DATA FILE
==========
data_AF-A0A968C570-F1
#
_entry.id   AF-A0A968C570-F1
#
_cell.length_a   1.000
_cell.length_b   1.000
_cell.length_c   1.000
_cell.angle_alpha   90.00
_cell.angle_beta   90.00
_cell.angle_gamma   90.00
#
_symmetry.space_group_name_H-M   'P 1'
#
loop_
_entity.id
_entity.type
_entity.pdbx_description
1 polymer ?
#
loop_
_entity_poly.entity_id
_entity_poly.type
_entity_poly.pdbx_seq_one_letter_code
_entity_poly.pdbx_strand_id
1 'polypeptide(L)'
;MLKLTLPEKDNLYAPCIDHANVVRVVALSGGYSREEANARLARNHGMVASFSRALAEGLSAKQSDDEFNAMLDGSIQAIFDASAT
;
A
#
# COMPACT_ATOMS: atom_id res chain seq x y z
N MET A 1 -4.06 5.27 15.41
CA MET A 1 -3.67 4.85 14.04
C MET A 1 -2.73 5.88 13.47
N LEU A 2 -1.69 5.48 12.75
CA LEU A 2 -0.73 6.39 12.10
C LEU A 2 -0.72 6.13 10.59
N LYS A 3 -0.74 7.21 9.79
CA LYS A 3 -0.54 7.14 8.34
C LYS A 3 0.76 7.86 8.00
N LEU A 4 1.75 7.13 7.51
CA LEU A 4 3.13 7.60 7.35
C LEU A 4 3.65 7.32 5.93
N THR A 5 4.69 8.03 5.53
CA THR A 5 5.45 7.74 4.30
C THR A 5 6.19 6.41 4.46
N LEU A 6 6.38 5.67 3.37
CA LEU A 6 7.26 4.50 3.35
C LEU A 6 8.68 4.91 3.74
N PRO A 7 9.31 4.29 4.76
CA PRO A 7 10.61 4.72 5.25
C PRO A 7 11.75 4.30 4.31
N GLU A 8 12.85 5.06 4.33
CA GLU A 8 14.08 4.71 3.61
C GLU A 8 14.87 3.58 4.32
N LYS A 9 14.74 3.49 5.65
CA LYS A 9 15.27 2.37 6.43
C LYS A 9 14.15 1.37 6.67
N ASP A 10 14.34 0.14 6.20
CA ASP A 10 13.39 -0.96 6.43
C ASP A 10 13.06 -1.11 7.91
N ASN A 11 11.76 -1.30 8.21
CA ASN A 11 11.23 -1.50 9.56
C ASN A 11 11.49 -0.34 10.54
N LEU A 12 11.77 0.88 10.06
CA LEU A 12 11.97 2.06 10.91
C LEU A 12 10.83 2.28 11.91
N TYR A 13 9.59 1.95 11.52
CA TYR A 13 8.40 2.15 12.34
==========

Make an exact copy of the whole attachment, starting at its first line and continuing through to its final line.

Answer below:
data_AF-A0A968C570-F1
#
_entry.id   AF-A0A968C570-F1
#
_cell.length_a   1.000
_cell.length_b   1.000
_cell.length_c   1.000
_cell.angle_alpha   90.00
_cell.angle_beta   90.00
_cell.angle_gamma   90.00
#
_symmetry.space_group_name_H-M   'P 1'
#
loop_
_entity.id
_entity.type
_entity.pdbx_description
1 polymer ?
#
loop_
_entity_poly.entity_id
_entity_poly.type
_entity_poly.pdbx_seq_one_letter_code
_entity_poly.pdbx_strand_id
1 'polypeptide(L)'
;MLKLTLPEKDNLYAPCIDHANVVRVVALSGGYSREEANARLARNHGMVASFSRALAEGLSAKQSDDEFNAMLDGSIQAIFDASAT
;
A
#
# COMPACT_ATOMS: atom_id res chain seq x y z
N MET A 1 -4.06 5.27 15.41
CA MET A 1 -3.67 4.85 14.04
C MET A 1 -2.73 5.88 13.47
N LEU A 2 -1.69 5.48 12.75
CA LEU A 2 -0.73 6.39 12.10
C LEU A 2 -0.72 6.13 10.59
N LYS A 3 -0.74 7.21 9.79
CA LYS A 3 -0.54 7.14 8.34
C LYS A 3 0.76 7.86 8.00
N LEU A 4 1.75 7.13 7.51
CA LEU A 4 3.13 7.60 7.35
C LEU A 4 3.65 7.32 5.93
N THR A 5 4.69 8.03 5.53
CA THR A 5 5.45 7.74 4.30
C THR A 5 6.19 6.41 4.46
N LEU A 6 6.38 5.67 3.37
CA LEU A 6 7.26 4.50 3.35
C LEU A 6 8.68 4.91 3.74
N PRO A 7 9.31 4.29 4.76
CA PRO A 7 10.61 4.72 5.25
C PRO A 7 11.75 4.30 4.31
N GLU A 8 12.85 5.06 4.33
CA GLU A 8 14.08 4.71 3.61
C GLU A 8 14.87 3.58 4.32
N LYS A 9 14.74 3.49 5.65
CA LYS A 9 15.27 2.37 6.43
C LYS A 9 14.15 1.37 6.67
N ASP A 10 14.34 0.14 6.20
CA ASP A 10 13.39 -0.96 6.43
C ASP A 10 13.06 -1.11 7.91
N ASN A 11 11.76 -1.30 8.21
CA ASN A 11 11.23 -1.50 9.56
C ASN A 11 11.49 -0.34 10.54
N LEU A 12 11.77 0.88 10.06
CA LEU A 12 11.97 2.06 10.91
C LEU A 12 10.83 2.28 11.91
N TYR A 13 9.59 1.95 11.52
CA TYR A 13 8.40 2.15 12.34